If HTML5 had abstractions via templates rather than tags that are effort for web-developers to implement, but which developers have no real interest in ever using, then it would be more semantic for free.
Consider for example if you could do something like this:
<input name="template.name" onclick="openDateTimePicker(this)" placeholder="1st Jan 2013" class="datetime" />
<table> <tr><th>S</th><th>M</th><th>T</th> ... <th> etc </table>
When are you visiting our hotel? <input type="datetime" name="checkout" />
When are you checking out? <input type="datetime" name="checkin" />
These are the types of innovations that HTML is missing out on, and which XAML had a (admittedly fairly botched) attempt at fixing.
Your page should be constructed not of DIVs and SPANs, but of components which are composed.
HTML5 tried to add semantic content to the web, but it went about it the wrong way. Which is a shame, because otherwise it could have been much more powerful, much more rich, and much more robust than it currently is.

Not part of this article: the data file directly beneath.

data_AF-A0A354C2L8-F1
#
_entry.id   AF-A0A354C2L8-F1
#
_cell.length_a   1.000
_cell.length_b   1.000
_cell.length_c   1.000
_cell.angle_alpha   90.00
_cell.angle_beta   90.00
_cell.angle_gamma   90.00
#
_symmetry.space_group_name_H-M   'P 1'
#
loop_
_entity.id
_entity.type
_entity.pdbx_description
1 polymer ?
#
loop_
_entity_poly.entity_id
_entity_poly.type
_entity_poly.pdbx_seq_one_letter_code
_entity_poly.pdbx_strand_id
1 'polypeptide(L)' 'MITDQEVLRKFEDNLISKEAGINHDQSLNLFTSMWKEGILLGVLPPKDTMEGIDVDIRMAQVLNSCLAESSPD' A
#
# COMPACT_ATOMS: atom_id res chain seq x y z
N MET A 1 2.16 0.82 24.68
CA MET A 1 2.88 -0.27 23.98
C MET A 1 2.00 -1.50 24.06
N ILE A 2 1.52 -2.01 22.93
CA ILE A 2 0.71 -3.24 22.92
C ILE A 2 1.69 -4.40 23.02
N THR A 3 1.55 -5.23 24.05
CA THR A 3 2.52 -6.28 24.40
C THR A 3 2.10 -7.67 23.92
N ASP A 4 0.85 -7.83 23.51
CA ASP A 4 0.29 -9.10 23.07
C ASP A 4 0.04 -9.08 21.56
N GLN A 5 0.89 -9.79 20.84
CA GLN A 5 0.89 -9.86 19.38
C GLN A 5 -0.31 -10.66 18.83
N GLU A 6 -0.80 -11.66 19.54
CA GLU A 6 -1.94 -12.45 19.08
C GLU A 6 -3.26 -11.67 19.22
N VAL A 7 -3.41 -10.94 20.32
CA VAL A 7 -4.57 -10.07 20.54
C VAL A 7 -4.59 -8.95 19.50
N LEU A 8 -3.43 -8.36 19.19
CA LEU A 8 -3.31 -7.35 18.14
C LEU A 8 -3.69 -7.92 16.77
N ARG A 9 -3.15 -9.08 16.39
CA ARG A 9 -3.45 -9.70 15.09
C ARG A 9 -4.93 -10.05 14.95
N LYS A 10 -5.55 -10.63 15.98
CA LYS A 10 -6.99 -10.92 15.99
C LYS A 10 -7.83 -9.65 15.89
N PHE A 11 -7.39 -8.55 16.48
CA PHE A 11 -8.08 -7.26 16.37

A templated language which allows abstraction, component composition and a strict syntax to allow for easy parsing would have gone a long way to eliminating the cross-browser failfest that is trying to get your website to work on more than one browser at a time.
If the HTML5 committee had focused a little harder on adding the features that the web needs (like abstractions, more robust security, and having an unambiguous, prescriptive and simple transition from HTML text to a valid DOM) rather than features that nobody cares about (like semantic tags), the web would be richer in semantic content, more secure, more upgradable, and more easy to develop for.
You mean something like Web Components?
With backwards compatible support via Polymer:
As for semantics, the new schema.org has an SGML/HTML-way of adding semantic types to markup:
There's a lot of mess but it looks like things are steadily getting better.
I believe you're right here. DRM is a publisher feature. I don't see any consumer having a need for DRM. If the initial momentum is weak, then this strategy to increase profits will perhaps prove to be a poisoned chalice.